Tony Graff's new novel Juniper Crescent comes out this week. As a nurse I'm intrigued by the concept of curing MD. As a writer, I'm interested in how the storyline strays from popular shapeshifter fiction but maintains its fantastical elements. Here Tony talks about the idea behind Juniper Crescent.
Juniper Crescent is about a girl who finds a cure for a genetic disorder through an operation that replaces defective genes with those of a cheetah. While she relearns how to live a life free of Muscular Dystrophy, everyone else is making the choice between whether she has sold her humanity to be cured, or if she has received a gift people have dreamed of for centuries.
I fell in love with this idea while I was watching an animal show. The show would spotlight a skill, like jumping or speed, then proportionately show what a human could do if they had the skills of the animals they showcased. The whole idea seemed odd that a human could jump over buildings or run at highway speeds seemed unbalanced. It all connected when I found a study that said that habits and instincts are genetically based. I went back to the TV show and listed out the benefits that people wanted, but also the mental habits they would have to deal with. That combination of ideas had me in its jaws.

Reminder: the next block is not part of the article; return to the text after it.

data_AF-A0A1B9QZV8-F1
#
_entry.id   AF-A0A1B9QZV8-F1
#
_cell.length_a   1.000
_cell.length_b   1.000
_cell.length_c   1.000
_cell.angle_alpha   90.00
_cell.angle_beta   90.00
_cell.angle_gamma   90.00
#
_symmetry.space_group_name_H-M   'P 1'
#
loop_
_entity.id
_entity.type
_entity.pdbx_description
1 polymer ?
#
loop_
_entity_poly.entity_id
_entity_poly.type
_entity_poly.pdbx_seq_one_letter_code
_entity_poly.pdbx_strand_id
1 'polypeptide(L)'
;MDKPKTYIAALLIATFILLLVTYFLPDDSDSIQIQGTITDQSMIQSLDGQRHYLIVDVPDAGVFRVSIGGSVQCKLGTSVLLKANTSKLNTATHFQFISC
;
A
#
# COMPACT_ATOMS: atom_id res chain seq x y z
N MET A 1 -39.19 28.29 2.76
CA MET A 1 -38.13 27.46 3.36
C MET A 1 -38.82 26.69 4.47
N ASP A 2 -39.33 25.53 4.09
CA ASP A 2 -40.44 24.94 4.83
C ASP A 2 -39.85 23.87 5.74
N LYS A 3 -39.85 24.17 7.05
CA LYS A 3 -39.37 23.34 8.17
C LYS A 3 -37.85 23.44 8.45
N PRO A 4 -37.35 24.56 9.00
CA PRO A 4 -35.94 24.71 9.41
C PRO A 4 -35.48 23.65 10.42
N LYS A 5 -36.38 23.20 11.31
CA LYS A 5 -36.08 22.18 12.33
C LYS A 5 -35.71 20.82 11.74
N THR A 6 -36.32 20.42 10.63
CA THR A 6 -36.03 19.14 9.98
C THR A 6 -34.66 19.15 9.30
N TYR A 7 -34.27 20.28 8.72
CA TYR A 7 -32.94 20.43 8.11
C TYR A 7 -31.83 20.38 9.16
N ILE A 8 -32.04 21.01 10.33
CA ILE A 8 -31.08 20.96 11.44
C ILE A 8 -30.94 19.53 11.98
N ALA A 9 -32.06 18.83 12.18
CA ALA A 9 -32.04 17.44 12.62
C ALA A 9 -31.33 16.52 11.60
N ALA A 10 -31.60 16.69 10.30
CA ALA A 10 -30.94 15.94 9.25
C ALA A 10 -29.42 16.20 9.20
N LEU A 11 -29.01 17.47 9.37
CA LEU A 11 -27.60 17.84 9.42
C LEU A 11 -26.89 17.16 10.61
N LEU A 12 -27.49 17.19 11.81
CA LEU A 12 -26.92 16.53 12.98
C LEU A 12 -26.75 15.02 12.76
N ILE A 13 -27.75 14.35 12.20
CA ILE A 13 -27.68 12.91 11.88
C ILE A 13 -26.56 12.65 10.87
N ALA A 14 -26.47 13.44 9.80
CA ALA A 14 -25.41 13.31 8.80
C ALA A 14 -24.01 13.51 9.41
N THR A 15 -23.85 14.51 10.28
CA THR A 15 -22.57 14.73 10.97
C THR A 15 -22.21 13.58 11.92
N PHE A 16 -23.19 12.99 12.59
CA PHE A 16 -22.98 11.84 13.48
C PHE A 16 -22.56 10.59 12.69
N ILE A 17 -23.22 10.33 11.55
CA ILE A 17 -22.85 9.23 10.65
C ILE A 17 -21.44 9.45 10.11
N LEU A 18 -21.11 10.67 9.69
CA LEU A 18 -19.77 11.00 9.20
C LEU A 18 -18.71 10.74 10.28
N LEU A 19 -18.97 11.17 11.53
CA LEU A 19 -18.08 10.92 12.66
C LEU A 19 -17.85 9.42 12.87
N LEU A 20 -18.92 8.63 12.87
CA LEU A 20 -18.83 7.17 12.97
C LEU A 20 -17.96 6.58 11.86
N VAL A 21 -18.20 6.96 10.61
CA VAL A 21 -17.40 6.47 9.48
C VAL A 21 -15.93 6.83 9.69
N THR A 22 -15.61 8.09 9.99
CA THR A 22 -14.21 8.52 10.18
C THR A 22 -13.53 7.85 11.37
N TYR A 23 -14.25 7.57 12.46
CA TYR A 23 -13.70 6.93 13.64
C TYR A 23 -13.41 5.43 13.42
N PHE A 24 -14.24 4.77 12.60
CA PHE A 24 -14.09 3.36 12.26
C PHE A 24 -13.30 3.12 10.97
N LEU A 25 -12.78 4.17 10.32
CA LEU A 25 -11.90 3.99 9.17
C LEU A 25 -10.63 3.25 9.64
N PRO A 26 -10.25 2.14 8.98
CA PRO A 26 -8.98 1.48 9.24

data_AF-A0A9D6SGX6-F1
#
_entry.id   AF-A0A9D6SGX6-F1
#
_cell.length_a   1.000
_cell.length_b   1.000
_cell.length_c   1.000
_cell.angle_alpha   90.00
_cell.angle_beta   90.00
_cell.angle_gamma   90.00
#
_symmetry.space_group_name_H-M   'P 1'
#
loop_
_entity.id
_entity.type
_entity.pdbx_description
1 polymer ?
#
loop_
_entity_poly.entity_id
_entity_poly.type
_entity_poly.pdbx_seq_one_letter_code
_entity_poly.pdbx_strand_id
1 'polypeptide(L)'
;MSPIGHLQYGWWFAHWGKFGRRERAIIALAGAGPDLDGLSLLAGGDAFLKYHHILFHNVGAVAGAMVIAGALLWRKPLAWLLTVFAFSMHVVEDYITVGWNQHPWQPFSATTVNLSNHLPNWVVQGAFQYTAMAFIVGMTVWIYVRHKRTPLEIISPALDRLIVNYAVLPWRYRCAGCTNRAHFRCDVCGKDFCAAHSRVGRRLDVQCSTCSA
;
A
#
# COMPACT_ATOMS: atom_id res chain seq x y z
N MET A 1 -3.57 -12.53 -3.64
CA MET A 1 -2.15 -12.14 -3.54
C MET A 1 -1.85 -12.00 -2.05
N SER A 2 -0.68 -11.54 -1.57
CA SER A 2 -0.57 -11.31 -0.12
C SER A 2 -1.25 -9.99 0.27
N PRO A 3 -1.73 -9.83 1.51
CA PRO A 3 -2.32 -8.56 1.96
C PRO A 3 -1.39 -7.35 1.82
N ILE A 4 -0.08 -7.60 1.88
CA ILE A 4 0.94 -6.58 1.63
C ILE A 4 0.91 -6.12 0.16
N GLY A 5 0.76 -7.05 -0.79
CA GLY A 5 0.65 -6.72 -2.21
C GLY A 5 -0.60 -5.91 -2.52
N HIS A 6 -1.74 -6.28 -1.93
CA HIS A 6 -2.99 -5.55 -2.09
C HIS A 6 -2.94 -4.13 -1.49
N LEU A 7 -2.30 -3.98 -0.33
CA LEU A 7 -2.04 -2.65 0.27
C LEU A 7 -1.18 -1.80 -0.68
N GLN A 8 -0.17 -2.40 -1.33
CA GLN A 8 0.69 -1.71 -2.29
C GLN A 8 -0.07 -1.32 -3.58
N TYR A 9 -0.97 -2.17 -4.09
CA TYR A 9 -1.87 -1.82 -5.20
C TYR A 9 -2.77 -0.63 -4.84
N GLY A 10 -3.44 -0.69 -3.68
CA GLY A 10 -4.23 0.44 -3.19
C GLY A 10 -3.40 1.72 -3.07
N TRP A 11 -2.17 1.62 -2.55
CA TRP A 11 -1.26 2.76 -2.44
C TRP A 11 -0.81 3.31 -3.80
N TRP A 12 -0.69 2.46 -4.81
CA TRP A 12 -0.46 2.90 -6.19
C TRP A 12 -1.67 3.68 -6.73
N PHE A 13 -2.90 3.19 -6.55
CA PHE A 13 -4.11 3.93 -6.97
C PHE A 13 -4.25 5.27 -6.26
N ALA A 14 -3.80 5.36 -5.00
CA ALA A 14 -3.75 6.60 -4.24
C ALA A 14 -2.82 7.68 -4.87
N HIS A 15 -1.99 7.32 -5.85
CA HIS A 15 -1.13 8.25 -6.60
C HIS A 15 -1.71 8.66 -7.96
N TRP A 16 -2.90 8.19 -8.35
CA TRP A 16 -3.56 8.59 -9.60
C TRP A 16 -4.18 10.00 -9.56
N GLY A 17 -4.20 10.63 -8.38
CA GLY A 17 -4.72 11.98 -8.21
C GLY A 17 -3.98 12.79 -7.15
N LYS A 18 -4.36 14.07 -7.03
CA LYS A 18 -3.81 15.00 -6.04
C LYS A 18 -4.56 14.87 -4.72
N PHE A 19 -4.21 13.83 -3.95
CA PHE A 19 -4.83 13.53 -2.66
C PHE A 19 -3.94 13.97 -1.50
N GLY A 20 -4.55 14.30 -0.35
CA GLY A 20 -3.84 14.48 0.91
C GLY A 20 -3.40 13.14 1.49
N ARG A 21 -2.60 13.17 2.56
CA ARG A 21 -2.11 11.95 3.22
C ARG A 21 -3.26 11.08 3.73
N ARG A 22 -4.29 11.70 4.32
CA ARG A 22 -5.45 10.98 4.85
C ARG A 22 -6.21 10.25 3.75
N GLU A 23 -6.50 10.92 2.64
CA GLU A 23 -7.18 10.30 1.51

I started outlining this story with the intent to draw it into a graphic novel. I had everything together until it came to the facial sketches of the main character, Oksanya. I spent five hours trying to draw her the way I saw her, and couldn't succeed. In frustration, I wrote out everything I had done online. So many friends came and wanted more of the story. They expressed the same intrigue that I had felt, and they encouraged me to write it as a novel, rather than a comic medium.
Oksanya became a hero to me as the story was unfolded. While Juniper Crescent was being written, the news was filled with tragedies that had resulted from bullying. I felt I had to pay my tribute to the people who dealt with bullies and prejudice. Many people have to deal with this on a daily basis and I wanted to offer some kind of hope. The people who have this operation became a perfect palatte for me to bring up the issue. Some people have very personal reasons why they like a particular animal, and getting this operation forces them to wear it on their sleeve. But no matter the animal they chose, it makes them unique but also a target.
But, despite some of the serious themes, writing Juniper Crescent was a lot of fun. I got to learn so much about animals, and what started as a comic idea has become bigger than I could ever have imagined. Every time someone told me about their favorite animal, it excited me to see what the Isis operation could do. There are so many stories in this world just waiting to be told.
Tony Graff was born in Junction City, Kansas to the life of an army brat. Before settling in Colorado, he lived in Tennessee, Schweinfurt, Germany, Arizona, and Frankfurt, Germany. From a young age, he had a love of storytelling, expressed in drawings, poetry, short stories, weblogs, and a passion for reading. Along with writing, he enjoys travelling- this time he gets to choose where he goes.